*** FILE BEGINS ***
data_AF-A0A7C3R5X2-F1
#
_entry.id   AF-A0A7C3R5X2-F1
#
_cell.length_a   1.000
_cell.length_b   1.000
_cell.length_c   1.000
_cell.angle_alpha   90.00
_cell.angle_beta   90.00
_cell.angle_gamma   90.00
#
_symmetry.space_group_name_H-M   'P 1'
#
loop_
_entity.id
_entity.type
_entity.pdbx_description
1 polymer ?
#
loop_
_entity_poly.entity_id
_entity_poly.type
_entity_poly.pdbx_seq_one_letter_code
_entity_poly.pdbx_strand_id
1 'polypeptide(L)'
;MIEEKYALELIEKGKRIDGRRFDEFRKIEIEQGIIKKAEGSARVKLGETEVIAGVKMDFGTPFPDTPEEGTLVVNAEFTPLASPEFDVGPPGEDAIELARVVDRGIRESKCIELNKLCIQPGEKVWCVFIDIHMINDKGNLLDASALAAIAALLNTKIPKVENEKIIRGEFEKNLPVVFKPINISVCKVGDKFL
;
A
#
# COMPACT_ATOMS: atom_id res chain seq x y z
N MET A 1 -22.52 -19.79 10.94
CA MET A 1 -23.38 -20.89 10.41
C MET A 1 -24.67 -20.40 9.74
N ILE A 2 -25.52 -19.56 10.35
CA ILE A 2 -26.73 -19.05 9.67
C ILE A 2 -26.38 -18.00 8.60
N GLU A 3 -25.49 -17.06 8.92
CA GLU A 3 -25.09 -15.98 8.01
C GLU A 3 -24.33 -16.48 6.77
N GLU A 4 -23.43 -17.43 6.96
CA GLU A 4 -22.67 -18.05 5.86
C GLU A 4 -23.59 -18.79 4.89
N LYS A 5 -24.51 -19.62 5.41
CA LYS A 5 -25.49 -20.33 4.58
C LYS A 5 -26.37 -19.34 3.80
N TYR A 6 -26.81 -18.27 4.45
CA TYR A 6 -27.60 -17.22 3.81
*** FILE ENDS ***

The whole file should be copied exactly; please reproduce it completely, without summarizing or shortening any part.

data_AF-A0A7C3R5X2-F1
#
_entry.id   AF-A0A7C3R5X2-F1
#
_cell.length_a   1.000
_cell.length_b   1.000
_cell.length_c   1.000
_cell.angle_alpha   90.00
_cell.angle_beta   90.00
_cell.angle_gamma   90.00
#
_symmetry.space_group_name_H-M   'P 1'
#
loop_
_entity.id
_entity.type
_entity.pdbx_description
1 polymer ?
#
loop_
_entity_poly.entity_id
_entity_poly.type
_entity_poly.pdbx_seq_one_letter_code
_entity_poly.pdbx_strand_id
1 'polypeptide(L)'
;MIEEKYALELIEKGKRIDGRRFDEFRKIEIEQGIIKKAEGSARVKLGETEVIAGVKMDFGTPFPDTPEEGTLVVNAEFTPLASPEFDVGPPGEDAIELARVVDRGIRESKCIELNKLCIQPGEKVWCVFIDIHMINDKGNLLDASALAAIAALLNTKIPKVENEKIIRGEFEKNLPVVFKPINISVCKVGDKFL
;
A
#
# COMPACT_ATOMS: atom_id res chain seq x y z
N MET A 1 -22.52 -19.79 10.94
CA MET A 1 -23.38 -20.89 10.41
C MET A 1 -24.67 -20.40 9.74
N ILE A 2 -25.52 -19.56 10.35
CA ILE A 2 -26.73 -19.05 9.67
C ILE A 2 -26.38 -18.00 8.60
N GLU A 3 -25.49 -17.06 8.92
CA GLU A 3 -25.09 -15.98 8.01
C GLU A 3 -24.33 -16.48 6.77
N GLU A 4 -23.43 -17.43 6.96
CA GLU A 4 -22.67 -18.05 5.86
C GLU A 4 -23.59 -18.79 4.89
N LYS A 5 -24.51 -19.62 5.41
CA LYS A 5 -25.49 -20.33 4.58
C LYS A 5 -26.37 -19.34 3.80
N TYR A 6 -26.81 -18.27 4.45
CA TYR A 6 -27.60 -17.22 3.81